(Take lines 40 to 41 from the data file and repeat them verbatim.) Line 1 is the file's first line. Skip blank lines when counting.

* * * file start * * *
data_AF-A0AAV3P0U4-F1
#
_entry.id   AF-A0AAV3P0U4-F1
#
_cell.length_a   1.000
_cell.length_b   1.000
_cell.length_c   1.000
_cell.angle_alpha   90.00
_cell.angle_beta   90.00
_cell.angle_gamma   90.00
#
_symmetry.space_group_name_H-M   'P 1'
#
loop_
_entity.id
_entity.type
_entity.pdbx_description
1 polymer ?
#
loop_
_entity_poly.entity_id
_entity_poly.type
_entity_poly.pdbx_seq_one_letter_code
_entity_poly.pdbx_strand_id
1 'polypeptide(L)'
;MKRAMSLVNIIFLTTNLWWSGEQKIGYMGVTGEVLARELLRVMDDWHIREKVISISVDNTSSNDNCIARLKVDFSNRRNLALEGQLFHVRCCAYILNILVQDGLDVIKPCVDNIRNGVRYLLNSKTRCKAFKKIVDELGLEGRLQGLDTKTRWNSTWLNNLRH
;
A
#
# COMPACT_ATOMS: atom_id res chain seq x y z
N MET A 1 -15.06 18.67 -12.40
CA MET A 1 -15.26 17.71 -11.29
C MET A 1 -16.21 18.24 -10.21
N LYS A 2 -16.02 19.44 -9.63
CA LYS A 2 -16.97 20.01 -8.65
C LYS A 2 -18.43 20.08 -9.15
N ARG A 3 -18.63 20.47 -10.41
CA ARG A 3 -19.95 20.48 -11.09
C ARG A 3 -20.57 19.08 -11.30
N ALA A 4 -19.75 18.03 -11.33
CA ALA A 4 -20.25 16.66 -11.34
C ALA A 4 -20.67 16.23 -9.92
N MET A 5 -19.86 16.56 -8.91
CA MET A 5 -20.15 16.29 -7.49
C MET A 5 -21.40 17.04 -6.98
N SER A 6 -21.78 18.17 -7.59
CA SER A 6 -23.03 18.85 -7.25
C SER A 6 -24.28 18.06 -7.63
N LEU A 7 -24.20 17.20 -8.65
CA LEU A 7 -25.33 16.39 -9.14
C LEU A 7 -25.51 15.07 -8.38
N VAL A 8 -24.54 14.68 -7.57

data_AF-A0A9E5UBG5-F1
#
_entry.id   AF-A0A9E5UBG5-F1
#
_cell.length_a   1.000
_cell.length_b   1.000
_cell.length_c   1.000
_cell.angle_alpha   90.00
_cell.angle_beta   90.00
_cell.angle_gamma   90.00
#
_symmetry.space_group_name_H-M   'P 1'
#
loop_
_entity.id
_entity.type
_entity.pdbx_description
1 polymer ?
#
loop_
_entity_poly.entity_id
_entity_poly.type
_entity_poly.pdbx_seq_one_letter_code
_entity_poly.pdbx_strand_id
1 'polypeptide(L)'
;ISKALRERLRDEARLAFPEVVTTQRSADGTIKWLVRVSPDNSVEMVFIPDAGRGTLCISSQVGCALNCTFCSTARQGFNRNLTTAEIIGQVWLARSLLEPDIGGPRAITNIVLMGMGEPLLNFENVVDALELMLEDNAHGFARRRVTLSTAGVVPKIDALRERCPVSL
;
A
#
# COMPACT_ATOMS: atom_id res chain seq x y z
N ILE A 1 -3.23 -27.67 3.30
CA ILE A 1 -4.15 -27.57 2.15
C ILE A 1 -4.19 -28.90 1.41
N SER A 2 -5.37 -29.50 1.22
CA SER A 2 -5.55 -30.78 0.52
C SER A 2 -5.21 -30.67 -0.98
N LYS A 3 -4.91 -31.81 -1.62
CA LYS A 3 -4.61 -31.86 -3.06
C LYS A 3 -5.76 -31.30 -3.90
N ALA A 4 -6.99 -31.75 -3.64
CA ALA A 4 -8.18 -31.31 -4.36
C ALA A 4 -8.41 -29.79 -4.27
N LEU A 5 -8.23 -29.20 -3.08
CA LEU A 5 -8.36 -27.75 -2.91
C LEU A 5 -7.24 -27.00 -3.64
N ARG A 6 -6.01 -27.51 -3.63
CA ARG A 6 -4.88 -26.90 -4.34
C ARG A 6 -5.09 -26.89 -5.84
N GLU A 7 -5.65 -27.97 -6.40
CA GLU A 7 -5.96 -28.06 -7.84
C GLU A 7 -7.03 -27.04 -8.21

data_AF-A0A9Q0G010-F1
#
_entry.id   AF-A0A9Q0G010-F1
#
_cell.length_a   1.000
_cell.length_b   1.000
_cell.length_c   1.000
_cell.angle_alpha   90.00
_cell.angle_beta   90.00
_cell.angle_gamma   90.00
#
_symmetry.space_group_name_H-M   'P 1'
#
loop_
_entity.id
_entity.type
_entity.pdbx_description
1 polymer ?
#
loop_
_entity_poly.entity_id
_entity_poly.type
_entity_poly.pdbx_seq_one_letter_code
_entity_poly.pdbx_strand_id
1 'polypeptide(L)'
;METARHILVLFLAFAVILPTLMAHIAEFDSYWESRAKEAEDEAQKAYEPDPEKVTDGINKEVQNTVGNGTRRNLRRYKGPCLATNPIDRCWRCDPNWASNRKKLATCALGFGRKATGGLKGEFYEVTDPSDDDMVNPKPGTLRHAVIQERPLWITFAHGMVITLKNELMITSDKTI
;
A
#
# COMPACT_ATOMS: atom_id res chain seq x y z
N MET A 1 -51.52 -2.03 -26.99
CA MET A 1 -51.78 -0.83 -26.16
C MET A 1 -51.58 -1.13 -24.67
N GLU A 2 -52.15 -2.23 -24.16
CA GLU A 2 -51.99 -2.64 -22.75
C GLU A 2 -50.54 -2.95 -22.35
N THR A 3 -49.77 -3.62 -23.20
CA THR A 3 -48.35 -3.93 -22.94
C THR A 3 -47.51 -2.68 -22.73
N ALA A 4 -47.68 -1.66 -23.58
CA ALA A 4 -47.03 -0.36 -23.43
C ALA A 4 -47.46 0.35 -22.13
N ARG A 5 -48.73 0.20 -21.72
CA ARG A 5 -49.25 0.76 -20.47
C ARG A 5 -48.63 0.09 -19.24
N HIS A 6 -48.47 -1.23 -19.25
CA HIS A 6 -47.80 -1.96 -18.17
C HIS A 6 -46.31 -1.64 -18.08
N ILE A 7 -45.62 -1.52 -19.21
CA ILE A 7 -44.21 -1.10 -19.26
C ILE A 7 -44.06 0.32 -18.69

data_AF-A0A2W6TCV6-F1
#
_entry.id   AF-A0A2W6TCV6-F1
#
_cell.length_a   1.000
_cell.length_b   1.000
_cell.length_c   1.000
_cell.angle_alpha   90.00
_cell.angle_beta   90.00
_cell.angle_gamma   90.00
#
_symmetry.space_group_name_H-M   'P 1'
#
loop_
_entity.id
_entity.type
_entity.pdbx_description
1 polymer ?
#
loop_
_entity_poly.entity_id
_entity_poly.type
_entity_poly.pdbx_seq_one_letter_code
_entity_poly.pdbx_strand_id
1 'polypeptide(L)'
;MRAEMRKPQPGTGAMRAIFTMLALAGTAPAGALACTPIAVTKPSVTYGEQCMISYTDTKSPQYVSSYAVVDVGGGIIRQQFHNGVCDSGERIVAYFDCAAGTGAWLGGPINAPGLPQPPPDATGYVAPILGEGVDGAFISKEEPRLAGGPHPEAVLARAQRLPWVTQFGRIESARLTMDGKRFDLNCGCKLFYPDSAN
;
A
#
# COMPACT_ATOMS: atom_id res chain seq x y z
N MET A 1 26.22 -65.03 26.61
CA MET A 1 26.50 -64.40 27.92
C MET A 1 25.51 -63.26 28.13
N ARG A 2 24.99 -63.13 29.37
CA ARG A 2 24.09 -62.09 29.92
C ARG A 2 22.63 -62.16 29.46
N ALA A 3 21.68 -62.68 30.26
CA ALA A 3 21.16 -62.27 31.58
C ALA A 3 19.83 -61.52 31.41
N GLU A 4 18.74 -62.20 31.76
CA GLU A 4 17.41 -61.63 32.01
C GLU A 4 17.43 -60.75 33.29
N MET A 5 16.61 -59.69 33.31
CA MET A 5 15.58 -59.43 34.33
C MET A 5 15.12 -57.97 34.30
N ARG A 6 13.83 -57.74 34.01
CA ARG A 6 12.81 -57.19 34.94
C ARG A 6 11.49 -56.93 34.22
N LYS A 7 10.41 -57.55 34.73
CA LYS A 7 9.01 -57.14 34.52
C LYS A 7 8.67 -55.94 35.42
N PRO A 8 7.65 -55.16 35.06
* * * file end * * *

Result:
N ALA A 4 -19.75 18.03 -11.33
CA ALA A 4 -20.25 16.66 -11.34